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Wind Generoator Engineering Question.

Discussion in 'Home Power and Microgeneration' started by Drums, Jan 11, 2006.

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  1. Drums

    Drums Guest

    I notice many homebrew units are being built using Brake disks. I understand
    the lure as they are easily obtained
    and easy to maintain. I have one nagging question. What if the Magnet rotors
    disks were Aluminum?
    Not being an engineer I can't really answer that. Common sense tells me you
    would shaving
    off 50 pounds and that translates into a 20% increase in efficiency by
    reducing the inertia load,.
    however that gain is not real as would only apply to stop and start
    conditions. The actual loss
    once it was spinning at speed would be negligible I would think. So this
    leaves me thinking. Maybe you would get
    a much lower start up speed in lighter winds? I only bring this into
    question as I have the materials
    and tool to build any kind of rotor I want. If there is a reason the weight
    is there then obviously I would not want to use a lighter material.
    Intersted in your thoughts.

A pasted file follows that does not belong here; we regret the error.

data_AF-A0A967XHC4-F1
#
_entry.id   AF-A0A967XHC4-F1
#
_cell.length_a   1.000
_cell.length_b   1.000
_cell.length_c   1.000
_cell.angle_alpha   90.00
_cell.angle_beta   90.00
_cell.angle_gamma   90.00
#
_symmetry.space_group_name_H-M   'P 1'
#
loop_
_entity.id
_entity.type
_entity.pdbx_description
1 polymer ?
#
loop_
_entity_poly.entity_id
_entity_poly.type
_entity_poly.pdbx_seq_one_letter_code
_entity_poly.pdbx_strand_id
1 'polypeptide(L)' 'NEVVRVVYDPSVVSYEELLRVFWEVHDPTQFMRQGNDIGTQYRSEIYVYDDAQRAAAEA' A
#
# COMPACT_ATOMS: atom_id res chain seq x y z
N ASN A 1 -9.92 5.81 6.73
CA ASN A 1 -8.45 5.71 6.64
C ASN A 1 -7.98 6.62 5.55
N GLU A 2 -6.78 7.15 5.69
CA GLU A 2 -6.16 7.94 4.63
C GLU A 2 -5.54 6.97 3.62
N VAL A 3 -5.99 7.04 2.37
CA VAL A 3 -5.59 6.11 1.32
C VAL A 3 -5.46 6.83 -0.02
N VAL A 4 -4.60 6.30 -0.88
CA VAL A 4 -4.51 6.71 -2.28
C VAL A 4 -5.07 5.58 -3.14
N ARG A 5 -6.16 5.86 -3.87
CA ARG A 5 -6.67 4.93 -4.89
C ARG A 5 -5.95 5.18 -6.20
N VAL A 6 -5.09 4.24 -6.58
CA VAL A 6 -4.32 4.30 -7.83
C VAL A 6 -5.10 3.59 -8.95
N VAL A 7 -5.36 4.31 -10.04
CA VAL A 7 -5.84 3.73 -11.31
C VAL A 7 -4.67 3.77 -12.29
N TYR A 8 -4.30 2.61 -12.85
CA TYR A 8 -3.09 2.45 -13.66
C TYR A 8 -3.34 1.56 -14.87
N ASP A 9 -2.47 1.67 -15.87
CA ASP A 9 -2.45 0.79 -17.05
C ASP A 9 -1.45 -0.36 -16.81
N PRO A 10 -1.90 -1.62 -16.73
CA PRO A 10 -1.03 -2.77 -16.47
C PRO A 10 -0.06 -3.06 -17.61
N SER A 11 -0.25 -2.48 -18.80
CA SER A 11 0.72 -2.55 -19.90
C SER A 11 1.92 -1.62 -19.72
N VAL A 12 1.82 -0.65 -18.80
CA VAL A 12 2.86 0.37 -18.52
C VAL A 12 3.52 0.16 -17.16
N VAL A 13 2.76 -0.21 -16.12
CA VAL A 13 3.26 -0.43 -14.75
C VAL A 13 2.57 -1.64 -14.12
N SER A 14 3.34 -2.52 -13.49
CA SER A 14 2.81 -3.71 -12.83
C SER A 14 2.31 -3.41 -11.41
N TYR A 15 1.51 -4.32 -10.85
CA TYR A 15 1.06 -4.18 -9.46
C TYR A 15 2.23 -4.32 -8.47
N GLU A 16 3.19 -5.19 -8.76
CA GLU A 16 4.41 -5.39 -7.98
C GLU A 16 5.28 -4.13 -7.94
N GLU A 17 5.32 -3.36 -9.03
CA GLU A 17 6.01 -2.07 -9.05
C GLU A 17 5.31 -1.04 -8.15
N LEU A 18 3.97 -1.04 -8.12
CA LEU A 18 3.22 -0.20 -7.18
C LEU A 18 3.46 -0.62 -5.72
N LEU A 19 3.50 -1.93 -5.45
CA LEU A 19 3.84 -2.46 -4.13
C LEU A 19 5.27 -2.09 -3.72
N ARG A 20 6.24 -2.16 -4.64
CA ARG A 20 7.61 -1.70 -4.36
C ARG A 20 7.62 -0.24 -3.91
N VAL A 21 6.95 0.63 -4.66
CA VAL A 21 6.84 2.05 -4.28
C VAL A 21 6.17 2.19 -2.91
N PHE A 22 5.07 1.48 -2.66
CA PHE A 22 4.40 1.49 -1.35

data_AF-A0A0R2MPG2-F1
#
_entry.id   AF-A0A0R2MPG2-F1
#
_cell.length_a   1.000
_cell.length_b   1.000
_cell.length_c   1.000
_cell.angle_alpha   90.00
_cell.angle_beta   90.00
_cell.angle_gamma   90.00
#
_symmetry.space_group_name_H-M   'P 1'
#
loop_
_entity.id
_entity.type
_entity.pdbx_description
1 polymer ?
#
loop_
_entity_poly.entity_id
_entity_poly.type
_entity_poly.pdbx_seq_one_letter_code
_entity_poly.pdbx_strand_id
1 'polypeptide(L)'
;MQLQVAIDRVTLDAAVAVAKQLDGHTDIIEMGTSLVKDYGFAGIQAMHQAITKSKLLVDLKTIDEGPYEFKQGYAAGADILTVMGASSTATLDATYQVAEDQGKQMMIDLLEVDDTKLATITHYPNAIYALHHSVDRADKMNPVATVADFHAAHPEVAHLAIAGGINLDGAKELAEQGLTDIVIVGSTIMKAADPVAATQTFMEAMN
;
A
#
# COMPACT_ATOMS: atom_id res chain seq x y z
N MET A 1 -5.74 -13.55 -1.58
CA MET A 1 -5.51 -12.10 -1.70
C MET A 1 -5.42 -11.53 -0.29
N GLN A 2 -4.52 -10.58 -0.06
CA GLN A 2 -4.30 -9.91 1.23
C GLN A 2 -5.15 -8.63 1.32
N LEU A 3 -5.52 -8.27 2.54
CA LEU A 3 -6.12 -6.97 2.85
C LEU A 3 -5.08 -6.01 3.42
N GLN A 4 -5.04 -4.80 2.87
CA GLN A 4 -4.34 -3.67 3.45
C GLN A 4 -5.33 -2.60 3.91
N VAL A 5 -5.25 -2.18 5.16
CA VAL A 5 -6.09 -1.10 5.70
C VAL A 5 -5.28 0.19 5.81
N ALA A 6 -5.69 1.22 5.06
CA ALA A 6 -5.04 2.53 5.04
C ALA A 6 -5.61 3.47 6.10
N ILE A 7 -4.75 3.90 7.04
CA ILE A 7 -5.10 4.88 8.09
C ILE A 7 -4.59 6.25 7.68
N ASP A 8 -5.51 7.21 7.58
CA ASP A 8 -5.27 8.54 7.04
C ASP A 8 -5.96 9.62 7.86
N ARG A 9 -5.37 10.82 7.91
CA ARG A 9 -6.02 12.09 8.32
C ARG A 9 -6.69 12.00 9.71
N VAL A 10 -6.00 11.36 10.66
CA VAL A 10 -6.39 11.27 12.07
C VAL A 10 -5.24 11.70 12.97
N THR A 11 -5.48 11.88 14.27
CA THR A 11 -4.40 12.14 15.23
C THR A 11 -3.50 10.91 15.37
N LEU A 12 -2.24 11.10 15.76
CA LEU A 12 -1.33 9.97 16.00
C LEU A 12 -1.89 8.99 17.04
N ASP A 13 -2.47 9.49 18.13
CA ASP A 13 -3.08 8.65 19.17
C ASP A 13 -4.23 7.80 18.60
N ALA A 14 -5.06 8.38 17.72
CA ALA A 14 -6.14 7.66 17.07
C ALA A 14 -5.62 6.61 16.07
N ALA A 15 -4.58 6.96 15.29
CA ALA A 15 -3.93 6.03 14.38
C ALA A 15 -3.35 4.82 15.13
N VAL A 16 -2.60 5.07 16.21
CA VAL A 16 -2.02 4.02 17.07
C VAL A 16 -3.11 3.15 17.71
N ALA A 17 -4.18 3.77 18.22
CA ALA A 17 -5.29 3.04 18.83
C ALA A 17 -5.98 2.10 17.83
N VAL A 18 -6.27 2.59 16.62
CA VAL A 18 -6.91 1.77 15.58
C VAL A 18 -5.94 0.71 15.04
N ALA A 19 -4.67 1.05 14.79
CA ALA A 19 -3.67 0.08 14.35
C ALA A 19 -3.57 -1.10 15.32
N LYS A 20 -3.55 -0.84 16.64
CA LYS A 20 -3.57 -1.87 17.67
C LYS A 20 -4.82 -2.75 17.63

2. daestrom

    daestrom Guest

    Well, saving weight is true. I'm not sure why you think you'll get an
    increase in efficiency though. To disk, being very close to the center of
    rotation doesn't contribute all that much to the inertia element. Those
    nice long blades represent most of the inertia in a wind turbine.

    Another thing to keep in mind is that the magnetic flux from the magnets has
    to have a nice low reluctance path. Mounting on steel automatically
    provides part of the path needed. But if they were mounted on aluminum,
    which has a higher reluctance to magnetic flux, you would probably reduce
    the generator output considerably. Unless you provide a relatively thick
    steel/iron plate for the magnetic flux, but then you're right back where you

  3. Drums

    Drums Guest

    Thanks. That's why I asked the question. Very good point.
  4. Drums

    Drums Guest

    Very usefull info. Thank you.

  5. daestrom

    daestrom Guest

    Aluminum can be used in a magnetic brake, but not because it provides a good
    path for magnetic flux. (ironic, I know) In many magnetic brake systems,
    the electromagnet is wound on a piece of iron shaped like an 'E' on one side
    of a rotor disk, and there is a flat 'I' piece of iron on the other. So the
    magnetic flux has a low reluctance path (high permiability) to focus the
    flux through the gap where the disk is. And yes, the rotating disk can be
    aluminum. But it works by induction and eddy currents generated in the
    disk. The moving disk has a voltage induced in it, and the 'circuit' is a
    circular path in the disk that is a short circuit so large currents
    circulate. These create counter magnetic fields that interact to produce a
    torque in the opposite direction to the direction of rotation.

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